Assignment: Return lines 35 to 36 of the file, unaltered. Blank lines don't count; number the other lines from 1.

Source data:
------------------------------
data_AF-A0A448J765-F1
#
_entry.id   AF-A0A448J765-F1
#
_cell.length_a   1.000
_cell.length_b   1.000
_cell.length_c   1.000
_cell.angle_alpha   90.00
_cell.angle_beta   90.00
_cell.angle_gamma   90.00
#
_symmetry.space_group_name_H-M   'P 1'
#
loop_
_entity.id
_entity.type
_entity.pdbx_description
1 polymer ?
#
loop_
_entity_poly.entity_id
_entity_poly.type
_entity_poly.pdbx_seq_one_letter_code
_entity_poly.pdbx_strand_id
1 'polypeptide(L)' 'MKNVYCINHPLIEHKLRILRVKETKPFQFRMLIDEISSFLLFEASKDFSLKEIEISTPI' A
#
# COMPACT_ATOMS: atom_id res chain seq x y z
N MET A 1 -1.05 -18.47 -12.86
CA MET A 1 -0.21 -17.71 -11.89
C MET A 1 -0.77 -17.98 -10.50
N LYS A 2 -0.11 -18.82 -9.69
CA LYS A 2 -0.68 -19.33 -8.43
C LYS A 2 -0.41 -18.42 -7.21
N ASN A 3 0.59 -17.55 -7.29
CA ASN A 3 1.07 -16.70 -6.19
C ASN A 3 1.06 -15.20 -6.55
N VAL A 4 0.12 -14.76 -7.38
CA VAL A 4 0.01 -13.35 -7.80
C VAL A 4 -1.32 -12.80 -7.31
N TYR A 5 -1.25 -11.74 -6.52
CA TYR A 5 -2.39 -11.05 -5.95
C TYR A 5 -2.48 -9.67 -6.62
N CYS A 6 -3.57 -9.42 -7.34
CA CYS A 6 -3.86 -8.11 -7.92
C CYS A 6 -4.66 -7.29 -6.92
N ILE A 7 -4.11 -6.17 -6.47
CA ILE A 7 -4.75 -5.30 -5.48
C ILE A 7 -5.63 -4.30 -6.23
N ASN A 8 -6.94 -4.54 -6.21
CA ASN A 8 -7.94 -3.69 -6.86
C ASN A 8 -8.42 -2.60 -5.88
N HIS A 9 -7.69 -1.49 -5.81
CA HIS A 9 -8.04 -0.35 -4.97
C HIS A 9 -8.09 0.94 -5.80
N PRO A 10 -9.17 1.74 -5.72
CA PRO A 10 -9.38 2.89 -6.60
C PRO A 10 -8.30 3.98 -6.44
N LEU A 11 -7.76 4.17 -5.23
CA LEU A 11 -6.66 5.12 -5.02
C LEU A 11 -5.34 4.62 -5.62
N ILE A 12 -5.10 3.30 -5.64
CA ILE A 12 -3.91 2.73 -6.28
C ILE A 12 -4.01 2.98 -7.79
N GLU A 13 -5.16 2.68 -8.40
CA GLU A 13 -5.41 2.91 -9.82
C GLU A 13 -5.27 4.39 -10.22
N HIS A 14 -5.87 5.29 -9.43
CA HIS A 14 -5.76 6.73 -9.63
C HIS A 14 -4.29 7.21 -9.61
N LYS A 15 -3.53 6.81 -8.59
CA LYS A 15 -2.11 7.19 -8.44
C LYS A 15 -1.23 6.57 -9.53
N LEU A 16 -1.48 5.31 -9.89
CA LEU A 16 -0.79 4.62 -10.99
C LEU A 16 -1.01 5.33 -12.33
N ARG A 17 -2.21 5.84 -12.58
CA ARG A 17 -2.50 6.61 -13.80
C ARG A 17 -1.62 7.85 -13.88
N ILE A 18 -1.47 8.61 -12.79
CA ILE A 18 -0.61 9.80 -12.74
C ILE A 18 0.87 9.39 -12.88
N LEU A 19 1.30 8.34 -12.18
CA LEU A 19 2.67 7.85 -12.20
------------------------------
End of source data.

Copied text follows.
CA ASN A 3 1.07 -16.70 -6.19
C ASN A 3 1.06 -15.20 -6.55